11 Refreshing Swimming Spots Near San Francisco

Don’t get us wrong—we love the Pacific for its dramatic, natural beauty, but the rough surf and frigid ocean temps aren’t exactly swimmer-friendly. So we found 11 Northern California spots within driving distance of the city where the weather is hot and the water is perfect for cooling off on long summer days. From popular swimming holes only a short hike from the road to secluded lakes that require more of a trek into the wilderness, we’ve got options for every kind of summer adventure.

Editor’s Note: Always check conditions carefully before taking a plunge. Swift currents and changing water levels can make some of these swimming holes dangerous, especially in the spring. Use extra caution before diving or cliff jumping in case of submerged boulders.

12 National Parks Within Driving Distance of San Francisco

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1. Old Highway 49 Bridge, Nevada City (nevada County)

  • Distance from SF: 3 hours
  • Getting There: Old South Yuba River Bridge parking off Highway 49, follow trail past parking lot at north end of bridge towards Hoyt’s Crossing
  • Why We Recommend It: historic bridge, sculpted granite boulders, calm pools

If it’s summer, it’s time for a day cooling off in one of the many swimming holes along the crystal-clear Yuba River. This is a very popular day trip to beat the heat, so go early in the morning to score a parking spot in the small lot or along Highway 49. Take a moment to marvel at the historic cement arch bridge that dates back to 1921 before setting off on the main trail towards Hoyt’s Crossing. Make the steep descent down any of the many spur trails to large, sculpted granite boulders and a seemingly endless number of calm pools along the river.

2. Garden Of Eden, Felton (santa Cruz Mountains)

  • Distance from SF: 1 hour, 30 minutes
  • Getting There: day use parking off Highway 9 in Felton, hike Ox Fire Road next to railroad tracks for about 0.75 miles to swimming hole
  • Why We Recommend It: sandy beach and calm pools surrounded by redwoods

Picture a sunny swimming hole along the San Lorenzo River in Henry Cowell State Park surrounded by redwoods and Douglas fir trees. Boulders frame two deep but relatively calm pools, and a small sandy beach presents the perfect picnic spot. It’s no wonder this gem in the Santa Cruz Mountains is called Garden of Eden. While it’s secluded, it’s no secret to locals and visitors. So grab a towel and inner tube, get there early and spend the day floating on the water.

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3. Natural Bridges, Vallecito (calaveras County)

  • Distance from SF: 2 hours, 10 minutes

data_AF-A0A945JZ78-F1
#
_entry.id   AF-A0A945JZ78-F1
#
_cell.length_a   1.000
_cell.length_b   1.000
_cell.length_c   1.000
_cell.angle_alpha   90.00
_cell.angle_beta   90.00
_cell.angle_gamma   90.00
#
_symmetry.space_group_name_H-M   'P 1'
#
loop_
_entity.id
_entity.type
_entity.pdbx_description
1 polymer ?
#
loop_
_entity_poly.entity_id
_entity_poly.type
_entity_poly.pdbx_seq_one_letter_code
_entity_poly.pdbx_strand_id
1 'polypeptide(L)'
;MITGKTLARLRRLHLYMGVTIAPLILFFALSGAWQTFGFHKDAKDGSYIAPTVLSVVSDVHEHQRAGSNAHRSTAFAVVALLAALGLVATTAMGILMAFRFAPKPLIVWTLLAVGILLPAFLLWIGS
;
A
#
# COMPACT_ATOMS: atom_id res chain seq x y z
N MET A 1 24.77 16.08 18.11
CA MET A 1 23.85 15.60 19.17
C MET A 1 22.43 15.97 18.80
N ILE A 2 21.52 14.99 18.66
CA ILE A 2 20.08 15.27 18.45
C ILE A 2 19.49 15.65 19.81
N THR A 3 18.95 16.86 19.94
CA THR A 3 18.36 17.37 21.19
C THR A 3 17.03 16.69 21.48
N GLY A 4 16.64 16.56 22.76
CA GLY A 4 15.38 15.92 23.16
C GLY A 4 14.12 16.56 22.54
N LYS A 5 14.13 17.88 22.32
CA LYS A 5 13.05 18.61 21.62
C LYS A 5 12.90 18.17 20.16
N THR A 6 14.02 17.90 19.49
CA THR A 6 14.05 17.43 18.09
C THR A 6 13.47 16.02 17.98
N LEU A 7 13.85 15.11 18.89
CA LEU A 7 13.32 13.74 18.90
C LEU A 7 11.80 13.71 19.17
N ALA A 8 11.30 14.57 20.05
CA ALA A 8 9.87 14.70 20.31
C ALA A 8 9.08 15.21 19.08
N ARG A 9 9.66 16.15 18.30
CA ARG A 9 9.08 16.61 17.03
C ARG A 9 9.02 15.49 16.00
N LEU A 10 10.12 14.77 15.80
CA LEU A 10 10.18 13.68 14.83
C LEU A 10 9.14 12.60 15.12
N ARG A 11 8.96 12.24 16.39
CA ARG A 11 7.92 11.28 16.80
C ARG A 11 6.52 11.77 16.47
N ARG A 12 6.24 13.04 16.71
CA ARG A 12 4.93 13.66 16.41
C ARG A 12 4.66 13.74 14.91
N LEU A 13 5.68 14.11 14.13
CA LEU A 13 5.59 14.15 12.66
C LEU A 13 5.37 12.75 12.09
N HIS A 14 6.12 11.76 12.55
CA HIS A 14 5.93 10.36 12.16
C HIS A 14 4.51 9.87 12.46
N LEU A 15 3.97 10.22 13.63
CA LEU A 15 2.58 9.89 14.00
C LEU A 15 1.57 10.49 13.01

• Getting There: 1-mile hike from Parrots Ferry Road trailhead off Highway 4
  • Why We Recommend It: Natural cavern that doubles as a swimming hole

New Melones Lake is a go-to Gold Country destination in the summertime for boating, fishing and other fun, but follow the Coyote Creek tributary away from the reservoir to the naturally carved limestone caverns called Natural Bridges for a bolder adventure. The water is very cold, but makes for a uniquely fun swim, wade or raft. Bring sturdy shoes and watch for poison oak—this is not a trail for flip flops.

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4. Bass Lake, Bolinas (point Reyes Seashore)

  • Distance from SF: 1 hour, 20 minutes
  • Getting There: Coast Trail from Palomarin Trailhead at the end of Mesa Road
  • Why We Recommend It: peaceful gem with rope swing

Protected from the chilly coast in Point Reyes is this idyllic lake bordered by trees and rolling hills. You’ll have to hike about three miles in (watch out for poison oak), but once you get there, you’ll have all afternoon to float on a raft or test out the rope swing at this unofficial swimming spot.

5. Rainbow Pools, Groveland (tuolumne County)

  • Distance from SF: 3 hours, 20 minutes
  • Getting There: Highway 120 at the South Fork Tuolumne River bridge
  • Why We Recommend It: historic spot with a few pools and rocks for sunbathing

Just off the side of the road, before you reach the gate into Yosemite National Park, is a treasure that summer travelers have been frequenting since the 1920s. The area used to be a toll road stop, and there was even a lodge up on the cliff with a diving board into the largest of the three pools. It’s popular with locals, so expect crowds, but there’s still plenty of room for everyone to sun themselves on the surrounding rocks.